You haven’t noticed anything, ah, a bit peculiar? No, Sir. Nothing, uh, rather tingly, shall we say, to the nostrils? No, Sir. I mean, ah, you have been at this quite a while, eh? Quite, Sir. So, if there were, ah, some sort of, ah, olfactory disturbance, shall we say, you would take notice? I suppose I might, Sir, if that were the case. And so, then, ah, would you say that might be the case, in present time, that is? No, Sir. Really. Quite. And you have been about this business for nearly a week, isn’t that so? Yes, Sir. Well, ah, if you will forgive the imputation of an unpleasant suggestion, you will be about this business for another week, before you finally, ah, part company with the, ah, consignment? Not quite sure what you mean, Sir. Well, ah, you know, the nature of the disturbance might become more pronounced as time passes, if it exists, that is, and you will be, ah, in accompaniment with it, whatever it might be, shall we say... Sir, are you trying to imply that the old bird is becoming rather gamy? Well, ah, yes, that has been the general drift, may I say, of my question. Well why didn’t you just say so, Sir? She smells like a bloody butcher shop. Really? Wonderful. May I quote you? If you buy the next round, Sir.

Harry Williamson

Santa Rosa

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TOWARD AN INFORMED FORT BRAGG ELECTION

Editor,

We are Downtown Fort Bragg residents, property owners/renovators, voters, and in general people who care about what shapes this great place to live and work. As nearly all the City Council seats will be contested in the November Election — we challenge the candidates to publicly embrace the following planks before the election, as ways to get our votes and possibly others. We believe this is the democratic way for candidates to avoid a popularity contest, in favor of an informed electorate:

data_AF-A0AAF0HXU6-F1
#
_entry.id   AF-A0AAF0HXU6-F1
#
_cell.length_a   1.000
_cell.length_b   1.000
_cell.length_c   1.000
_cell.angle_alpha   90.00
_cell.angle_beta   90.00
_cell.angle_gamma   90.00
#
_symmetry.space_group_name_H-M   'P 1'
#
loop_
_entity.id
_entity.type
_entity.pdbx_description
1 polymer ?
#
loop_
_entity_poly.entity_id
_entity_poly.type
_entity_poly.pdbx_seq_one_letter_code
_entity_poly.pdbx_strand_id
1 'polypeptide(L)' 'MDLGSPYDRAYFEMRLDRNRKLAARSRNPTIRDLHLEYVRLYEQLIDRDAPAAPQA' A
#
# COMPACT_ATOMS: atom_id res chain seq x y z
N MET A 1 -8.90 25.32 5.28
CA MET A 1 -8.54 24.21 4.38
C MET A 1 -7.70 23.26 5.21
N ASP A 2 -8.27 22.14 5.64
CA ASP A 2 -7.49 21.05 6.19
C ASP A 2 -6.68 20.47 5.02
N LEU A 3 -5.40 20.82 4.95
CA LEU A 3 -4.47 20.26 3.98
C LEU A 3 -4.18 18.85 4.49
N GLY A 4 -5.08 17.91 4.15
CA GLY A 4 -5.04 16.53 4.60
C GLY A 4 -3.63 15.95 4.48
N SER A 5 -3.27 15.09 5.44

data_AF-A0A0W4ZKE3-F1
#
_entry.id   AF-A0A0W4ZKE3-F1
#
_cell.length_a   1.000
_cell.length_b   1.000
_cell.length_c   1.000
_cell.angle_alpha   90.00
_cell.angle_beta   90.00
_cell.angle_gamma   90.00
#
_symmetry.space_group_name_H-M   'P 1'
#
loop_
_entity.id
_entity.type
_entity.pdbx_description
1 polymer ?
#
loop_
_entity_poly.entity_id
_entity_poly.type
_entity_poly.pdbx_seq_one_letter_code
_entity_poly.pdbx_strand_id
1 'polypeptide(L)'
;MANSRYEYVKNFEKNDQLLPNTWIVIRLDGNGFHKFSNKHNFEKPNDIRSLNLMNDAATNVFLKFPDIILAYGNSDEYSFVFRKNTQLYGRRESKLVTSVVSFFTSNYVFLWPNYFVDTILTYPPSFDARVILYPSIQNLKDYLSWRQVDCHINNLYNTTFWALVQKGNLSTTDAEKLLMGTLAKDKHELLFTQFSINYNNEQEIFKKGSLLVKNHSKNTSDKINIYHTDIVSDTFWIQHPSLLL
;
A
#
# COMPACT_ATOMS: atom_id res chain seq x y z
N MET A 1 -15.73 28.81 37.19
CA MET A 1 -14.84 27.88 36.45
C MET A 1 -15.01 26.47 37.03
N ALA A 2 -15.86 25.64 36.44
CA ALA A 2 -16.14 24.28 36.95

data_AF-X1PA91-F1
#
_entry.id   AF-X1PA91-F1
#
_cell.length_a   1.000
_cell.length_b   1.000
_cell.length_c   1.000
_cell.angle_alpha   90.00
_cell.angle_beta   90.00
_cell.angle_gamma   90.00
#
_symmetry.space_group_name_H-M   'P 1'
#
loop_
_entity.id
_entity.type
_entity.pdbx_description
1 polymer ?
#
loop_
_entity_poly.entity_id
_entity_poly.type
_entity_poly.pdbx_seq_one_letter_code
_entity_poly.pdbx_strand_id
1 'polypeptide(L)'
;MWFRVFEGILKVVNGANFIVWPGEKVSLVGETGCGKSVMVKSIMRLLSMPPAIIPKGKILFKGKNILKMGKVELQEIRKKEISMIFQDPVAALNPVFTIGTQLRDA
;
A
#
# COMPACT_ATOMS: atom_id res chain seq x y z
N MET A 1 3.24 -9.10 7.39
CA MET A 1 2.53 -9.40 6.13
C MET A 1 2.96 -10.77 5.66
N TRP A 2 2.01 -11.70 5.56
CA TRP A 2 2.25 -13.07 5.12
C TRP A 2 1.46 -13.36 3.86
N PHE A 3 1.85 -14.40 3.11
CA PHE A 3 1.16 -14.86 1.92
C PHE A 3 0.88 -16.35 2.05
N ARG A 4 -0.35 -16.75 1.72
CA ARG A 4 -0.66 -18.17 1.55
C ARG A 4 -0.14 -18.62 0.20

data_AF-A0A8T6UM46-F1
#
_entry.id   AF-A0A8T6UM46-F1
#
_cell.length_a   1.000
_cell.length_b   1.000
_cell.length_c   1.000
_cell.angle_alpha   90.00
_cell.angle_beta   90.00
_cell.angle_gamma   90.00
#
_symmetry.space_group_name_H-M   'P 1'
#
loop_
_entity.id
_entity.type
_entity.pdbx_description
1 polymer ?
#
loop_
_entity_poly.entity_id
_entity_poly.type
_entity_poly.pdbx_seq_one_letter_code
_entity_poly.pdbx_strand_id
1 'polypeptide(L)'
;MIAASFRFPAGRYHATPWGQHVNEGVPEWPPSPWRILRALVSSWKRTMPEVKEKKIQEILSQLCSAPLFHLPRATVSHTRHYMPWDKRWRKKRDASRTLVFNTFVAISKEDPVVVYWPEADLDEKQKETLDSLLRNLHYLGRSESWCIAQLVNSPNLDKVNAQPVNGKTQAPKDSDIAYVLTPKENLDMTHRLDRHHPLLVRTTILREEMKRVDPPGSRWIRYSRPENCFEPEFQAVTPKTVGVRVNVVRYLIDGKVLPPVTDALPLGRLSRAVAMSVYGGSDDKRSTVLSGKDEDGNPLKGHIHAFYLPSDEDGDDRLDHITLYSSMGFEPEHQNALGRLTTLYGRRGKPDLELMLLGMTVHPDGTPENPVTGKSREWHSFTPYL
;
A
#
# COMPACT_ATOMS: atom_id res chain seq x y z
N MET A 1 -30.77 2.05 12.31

1) Commit to a comprehensive study of the existing Fort Bragg Municipal Budget, and determine how to achieve a wide range of goals with what we have.

2) Better Code Enforcement, especially with regard to willful neglect of buildings and property within the Central Business District that results in blight, public nuisance, vandalism, neighborhood property value destruction, and public health hazards. Code Enforcement needs to be initiated and administered from inside City Hall, NOT thru the City’s present ‘snitch policy.’ The latter discourages the reporting of blatant code violators. It also ramps up general distrust of public officials.

3) Support downtown as our “Arts and Culture District.” This needs to include budget-conscious improvements aimed at enhancing existing downtown assets, events, and activities — in order to create a more desirable destination for local residents and visitors. We believe the resulting basic show of pride will lead to a renewed culture of excitement about our downtown.

4) City Council and Staff Temperament. Within existing ordinances and guidelines, we are seeking MORE of “what can we do to help you?” and LESS of “us against you” or “us against them” as a method of governing. Past differences should have nothing to do with present considerations.

5) Solicit Public Skills. Because of its former mill industry requirements for employment, Fort Bragg is now blessed with a skill pool unavailable to many communities. If City Hall would just ask for help regarding problem-solving ideas, ingenuity, and experience — we believe an outpouring of support would be there where it counts.

6) Announce the intention of cobbling a city-wide short, medium, and long-term Strategic Plan for Fort Bragg. Only this time instead of outsourcing the task to expensive consultants, let a sensibly chosen civic-minded committee roll up their sleeves.